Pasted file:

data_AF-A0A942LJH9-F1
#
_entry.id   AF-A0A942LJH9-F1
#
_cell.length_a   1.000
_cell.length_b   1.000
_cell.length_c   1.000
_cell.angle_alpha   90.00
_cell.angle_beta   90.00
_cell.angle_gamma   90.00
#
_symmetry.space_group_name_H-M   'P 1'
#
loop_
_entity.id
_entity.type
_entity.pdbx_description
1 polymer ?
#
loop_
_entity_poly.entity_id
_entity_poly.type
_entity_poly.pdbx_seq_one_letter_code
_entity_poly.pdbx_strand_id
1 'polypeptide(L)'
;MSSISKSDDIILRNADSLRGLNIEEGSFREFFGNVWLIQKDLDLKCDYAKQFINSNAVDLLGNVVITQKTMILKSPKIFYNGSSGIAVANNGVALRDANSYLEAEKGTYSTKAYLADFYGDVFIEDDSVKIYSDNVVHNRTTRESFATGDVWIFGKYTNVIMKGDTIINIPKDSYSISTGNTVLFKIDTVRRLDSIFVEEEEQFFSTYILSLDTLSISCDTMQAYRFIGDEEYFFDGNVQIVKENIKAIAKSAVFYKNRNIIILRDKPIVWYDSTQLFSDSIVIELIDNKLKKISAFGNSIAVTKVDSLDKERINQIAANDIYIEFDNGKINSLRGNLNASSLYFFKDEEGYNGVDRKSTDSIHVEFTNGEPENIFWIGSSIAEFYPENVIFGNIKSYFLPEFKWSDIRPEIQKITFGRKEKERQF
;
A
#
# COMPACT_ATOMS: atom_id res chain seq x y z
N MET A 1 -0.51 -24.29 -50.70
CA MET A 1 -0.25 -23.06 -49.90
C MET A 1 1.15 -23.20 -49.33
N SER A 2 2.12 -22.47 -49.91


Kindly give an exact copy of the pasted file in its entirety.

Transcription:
data_AF-A0A942LJH9-F1
#
_entry.id   AF-A0A942LJH9-F1
#
_cell.length_a   1.000
_cell.length_b   1.000
_cell.length_c   1.000
_cell.angle_alpha   90.00
_cell.angle_beta   90.00
_cell.angle_gamma   90.00
#
_symmetry.space_group_name_H-M   'P 1'
#
loop_
_entity.id
_entity.type
_entity.pdbx_description
1 polymer ?
#
loop_
_entity_poly.entity_id
_entity_poly.type
_entity_poly.pdbx_seq_one_letter_code
_entity_poly.pdbx_strand_id
1 'polypeptide(L)'
;MSSISKSDDIILRNADSLRGLNIEEGSFREFFGNVWLIQKDLDLKCDYAKQFINSNAVDLLGNVVITQKTMILKSPKIFYNGSSGIAVANNGVALRDANSYLEAEKGTYSTKAYLADFYGDVFIEDDSVKIYSDNVVHNRTTRESFATGDVWIFGKYTNVIMKGDTIINIPKDSYSISTGNTVLFKIDTVRRLDSIFVEEEEQFFSTYILSLDTLSISCDTMQAYRFIGDEEYFFDGNVQIVKENIKAIAKSAVFYKNRNIIILRDKPIVWYDSTQLFSDSIVIELIDNKLKKISAFGNSIAVTKVDSLDKERINQIAANDIYIEFDNGKINSLRGNLNASSLYFFKDEEGYNGVDRKSTDSIHVEFTNGEPENIFWIGSSIAEFYPENVIFGNIKSYFLPEFKWSDIRPEIQKITFGRKEKERQF
;
A
#
# COMPACT_ATOMS: atom_id res chain seq x y z
N MET A 1 -0.51 -24.29 -50.70
CA MET A 1 -0.25 -23.06 -49.90
C MET A 1 1.15 -23.20 -49.33
N SER A 2 2.12 -22.47 -49.91